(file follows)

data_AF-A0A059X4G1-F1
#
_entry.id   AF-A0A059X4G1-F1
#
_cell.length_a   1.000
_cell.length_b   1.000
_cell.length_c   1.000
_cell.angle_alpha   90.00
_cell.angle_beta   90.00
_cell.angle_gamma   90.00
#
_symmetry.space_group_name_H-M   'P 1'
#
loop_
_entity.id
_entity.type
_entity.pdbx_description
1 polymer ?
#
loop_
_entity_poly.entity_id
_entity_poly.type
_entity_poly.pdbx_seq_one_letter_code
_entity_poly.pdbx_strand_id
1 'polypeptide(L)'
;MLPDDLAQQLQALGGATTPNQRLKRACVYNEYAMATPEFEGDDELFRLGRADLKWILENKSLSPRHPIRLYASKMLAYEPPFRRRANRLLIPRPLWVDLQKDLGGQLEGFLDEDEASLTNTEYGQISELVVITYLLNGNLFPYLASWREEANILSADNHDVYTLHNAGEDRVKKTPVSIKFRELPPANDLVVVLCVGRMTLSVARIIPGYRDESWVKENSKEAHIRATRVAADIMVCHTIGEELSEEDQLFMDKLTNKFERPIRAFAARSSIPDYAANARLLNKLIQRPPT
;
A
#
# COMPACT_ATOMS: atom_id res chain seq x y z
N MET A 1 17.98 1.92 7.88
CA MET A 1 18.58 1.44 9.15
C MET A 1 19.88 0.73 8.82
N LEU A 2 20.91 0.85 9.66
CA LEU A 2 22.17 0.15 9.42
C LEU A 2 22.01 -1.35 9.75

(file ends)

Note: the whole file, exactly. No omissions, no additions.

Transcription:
data_AF-A0A059X4G1-F1
#
_entry.id   AF-A0A059X4G1-F1
#
_cell.length_a   1.000
_cell.length_b   1.000
_cell.length_c   1.000
_cell.angle_alpha   90.00
_cell.angle_beta   90.00
_cell.angle_gamma   90.00
#
_symmetry.space_group_name_H-M   'P 1'
#
loop_
_entity.id
_entity.type
_entity.pdbx_description
1 polymer ?
#
loop_
_entity_poly.entity_id
_entity_poly.type
_entity_poly.pdbx_seq_one_letter_code
_entity_poly.pdbx_strand_id
1 'polypeptide(L)'
;MLPDDLAQQLQALGGATTPNQRLKRACVYNEYAMATPEFEGDDELFRLGRADLKWILENKSLSPRHPIRLYASKMLAYEPPFRRRANRLLIPRPLWVDLQKDLGGQLEGFLDEDEASLTNTEYGQISELVVITYLLNGNLFPYLASWREEANILSADNHDVYTLHNAGEDRVKKTPVSIKFRELPPANDLVVVLCVGRMTLSVARIIPGYRDESWVKENSKEAHIRATRVAADIMVCHTIGEELSEEDQLFMDKLTNKFERPIRAFAARSSIPDYAANARLLNKLIQRPPT
;
A
#
# COMPACT_ATOMS: atom_id res chain seq x y z
N MET A 1 17.98 1.92 7.88
CA MET A 1 18.58 1.44 9.15
C MET A 1 19.88 0.73 8.82
N LEU A 2 20.91 0.85 9.66
CA LEU A 2 22.17 0.15 9.42
C LEU A 2 22.01 -1.35 9.75